(Phys.org) —A new catalyst is faster when it and its surrounding acid have the same proton affinity or pKa, according to scientists at the Center for Molecular Electrocatalysis, an Energy Frontier Research Center, at Pacific Northwest National Laboratory. The catalyst drives turning electrons and protons into a bond between two hydrogen atoms, storing the energy. Making the catalyst faster is vital to designing technologies that can store electrons created by wind turbines. The team's experimental and computational studies focused on the acid that supplies the reaction's protons. When the acid and the catalyst had the same pKa, the speed jumped from 2,400 and 27,000 hydrogen molecules a second to 4,100 to 96,000.
"This study adds a new level of understanding about how these catalysts interact with their surroundings." said Dr. Monte Helm, an author on the study and Deputy Director of the Center. "This paper is the follow-up to our 2011 Science paper and has a lot more mechanistic details on this first-of-its-kind catalyst."
Wind and solar energy are intermittent by nature. This fact has held them back from larger roles on the world's energy stage. One option is to store the electricity, or electrons, inside chemical bonds, such as the one in H2. Today's synthetic catalysts require expensive platinum, while natural catalysts are both expensive and impractical. Understanding what's needed to design fast, efficient catalysts that rely on inexpensive metals, such as nickel, could move renewable resources to center stage.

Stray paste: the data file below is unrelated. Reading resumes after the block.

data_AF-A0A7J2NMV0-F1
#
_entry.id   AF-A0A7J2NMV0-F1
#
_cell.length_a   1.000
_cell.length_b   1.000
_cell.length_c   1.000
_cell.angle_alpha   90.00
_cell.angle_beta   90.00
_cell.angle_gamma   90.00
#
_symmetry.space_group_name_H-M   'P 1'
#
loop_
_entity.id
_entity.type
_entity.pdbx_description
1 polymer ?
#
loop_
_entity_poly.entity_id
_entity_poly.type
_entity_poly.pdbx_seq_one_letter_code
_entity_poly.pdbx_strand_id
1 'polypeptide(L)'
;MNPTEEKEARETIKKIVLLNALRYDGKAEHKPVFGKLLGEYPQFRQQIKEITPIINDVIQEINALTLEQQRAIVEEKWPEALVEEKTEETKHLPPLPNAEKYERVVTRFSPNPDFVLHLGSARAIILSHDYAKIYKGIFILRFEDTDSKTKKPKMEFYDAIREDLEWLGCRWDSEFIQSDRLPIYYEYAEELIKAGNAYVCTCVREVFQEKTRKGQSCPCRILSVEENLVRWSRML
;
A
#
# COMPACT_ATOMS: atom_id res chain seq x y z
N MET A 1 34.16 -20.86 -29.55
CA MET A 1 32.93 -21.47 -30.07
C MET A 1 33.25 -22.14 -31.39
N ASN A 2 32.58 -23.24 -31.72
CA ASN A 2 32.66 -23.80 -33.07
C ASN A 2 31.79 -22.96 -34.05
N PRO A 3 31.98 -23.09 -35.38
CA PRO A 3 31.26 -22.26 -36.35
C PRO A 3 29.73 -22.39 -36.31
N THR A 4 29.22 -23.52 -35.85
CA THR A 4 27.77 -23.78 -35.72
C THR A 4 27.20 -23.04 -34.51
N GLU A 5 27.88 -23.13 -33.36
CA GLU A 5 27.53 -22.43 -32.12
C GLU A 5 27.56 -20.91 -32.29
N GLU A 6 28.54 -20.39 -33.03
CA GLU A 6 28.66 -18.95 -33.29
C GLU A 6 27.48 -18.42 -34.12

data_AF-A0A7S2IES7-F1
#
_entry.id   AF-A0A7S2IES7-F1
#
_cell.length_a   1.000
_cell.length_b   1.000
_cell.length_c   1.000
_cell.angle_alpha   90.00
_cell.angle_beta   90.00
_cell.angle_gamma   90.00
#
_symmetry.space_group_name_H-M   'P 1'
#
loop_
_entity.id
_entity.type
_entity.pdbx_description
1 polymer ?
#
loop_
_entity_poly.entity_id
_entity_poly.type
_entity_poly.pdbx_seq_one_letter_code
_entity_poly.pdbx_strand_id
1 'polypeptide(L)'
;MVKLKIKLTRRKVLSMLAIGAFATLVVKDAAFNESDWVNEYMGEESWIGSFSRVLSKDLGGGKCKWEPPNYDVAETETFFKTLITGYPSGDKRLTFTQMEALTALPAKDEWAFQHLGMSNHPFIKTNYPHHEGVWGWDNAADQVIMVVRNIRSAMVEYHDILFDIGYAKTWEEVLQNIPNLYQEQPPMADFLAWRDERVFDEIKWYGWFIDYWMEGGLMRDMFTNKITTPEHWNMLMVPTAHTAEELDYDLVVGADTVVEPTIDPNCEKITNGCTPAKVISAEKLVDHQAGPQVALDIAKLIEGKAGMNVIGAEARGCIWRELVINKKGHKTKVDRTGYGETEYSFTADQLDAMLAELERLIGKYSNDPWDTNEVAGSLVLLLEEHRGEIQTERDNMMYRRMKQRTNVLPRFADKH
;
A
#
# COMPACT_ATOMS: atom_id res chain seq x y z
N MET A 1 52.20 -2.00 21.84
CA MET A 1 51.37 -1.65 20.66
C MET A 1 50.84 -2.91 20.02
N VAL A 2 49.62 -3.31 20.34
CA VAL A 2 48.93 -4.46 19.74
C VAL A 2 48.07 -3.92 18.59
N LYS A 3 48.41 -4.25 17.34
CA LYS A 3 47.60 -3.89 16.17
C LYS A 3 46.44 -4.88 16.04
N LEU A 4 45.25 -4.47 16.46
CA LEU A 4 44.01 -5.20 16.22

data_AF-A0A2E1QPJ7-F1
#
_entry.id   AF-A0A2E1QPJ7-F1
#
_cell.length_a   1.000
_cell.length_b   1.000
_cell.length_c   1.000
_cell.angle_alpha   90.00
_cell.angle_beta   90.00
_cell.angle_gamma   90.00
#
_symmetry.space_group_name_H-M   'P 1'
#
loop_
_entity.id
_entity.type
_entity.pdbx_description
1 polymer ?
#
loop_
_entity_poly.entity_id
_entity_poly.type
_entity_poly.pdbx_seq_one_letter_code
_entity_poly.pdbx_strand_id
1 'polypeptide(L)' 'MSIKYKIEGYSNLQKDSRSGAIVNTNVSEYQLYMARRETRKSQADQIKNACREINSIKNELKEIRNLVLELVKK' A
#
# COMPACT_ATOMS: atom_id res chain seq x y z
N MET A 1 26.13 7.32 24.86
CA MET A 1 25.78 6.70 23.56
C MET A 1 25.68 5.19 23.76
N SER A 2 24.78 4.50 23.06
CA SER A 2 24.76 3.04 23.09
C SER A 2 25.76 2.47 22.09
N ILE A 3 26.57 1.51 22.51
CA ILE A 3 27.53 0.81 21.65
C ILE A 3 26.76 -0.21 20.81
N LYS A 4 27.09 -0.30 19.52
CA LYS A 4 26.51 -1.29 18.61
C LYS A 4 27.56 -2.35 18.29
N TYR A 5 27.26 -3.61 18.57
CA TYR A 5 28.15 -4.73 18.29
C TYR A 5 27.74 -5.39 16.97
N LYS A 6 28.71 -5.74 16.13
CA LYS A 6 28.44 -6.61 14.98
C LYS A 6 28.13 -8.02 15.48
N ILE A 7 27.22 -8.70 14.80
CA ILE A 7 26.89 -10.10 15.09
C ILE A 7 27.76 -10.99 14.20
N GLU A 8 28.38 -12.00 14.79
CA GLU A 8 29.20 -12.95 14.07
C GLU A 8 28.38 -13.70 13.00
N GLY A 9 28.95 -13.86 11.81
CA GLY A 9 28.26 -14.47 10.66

In this study, the team synthesized a series of nickel-based electrocatalysts. These catalysts reversibly create hydrogen molecules, both storing the electrons in the bond and releasing them. Helm and his colleagues designed the original derivative in 2011. The catalysts, as confirmed by X-ray diffraction experiments, have a planar geometry and contain 7-member cyclic ligands with a single nitrogen atom. The ligands transfer the protons from the acid to the heart or active site of the catalyst, where the bonds are formed or broken.
Using supercomputers, the researchers determined the mechanics of the proton transfer from the acid to the catalyst's active site. The supercomputers were at Environmental Molecular Sciences Laboratory at Pacific Northwest National Laboratory and the National Energy Research Scientific Computing Center at Lawrence Berkeley National Laboratory. When the pKa matched between the catalyst and the acid, the speed jumped.
"If you get all the pKas to match, the rates gets a lot better," said Helm.
The researchers found that the flat or planar nature of the ligands was a factor in the catalyst's ability to quickly transfer protons from the acid to the center. In addition, the location of the single nitrogen atom on each arm was crucial.
Helm and his colleagues at the Center for Molecular Electrocatalysis are working to reduce the energy required by the reaction while maintaining the high rate of hydrogen production. This work is part of their ongoing efforts to unlock the secrets of proton motion in catalysts.
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More information: Stewart, M. et al. 2013. High Catalytic Rates for Hydrogen Production Using Nickel Electrocatalysts with Seven-Membered Cyclic Diphosphine Ligands Containing One Pendant Amine. Journal of the American Chemical Society 135(16):6033-6046. DOI: 10.1021/ja400181a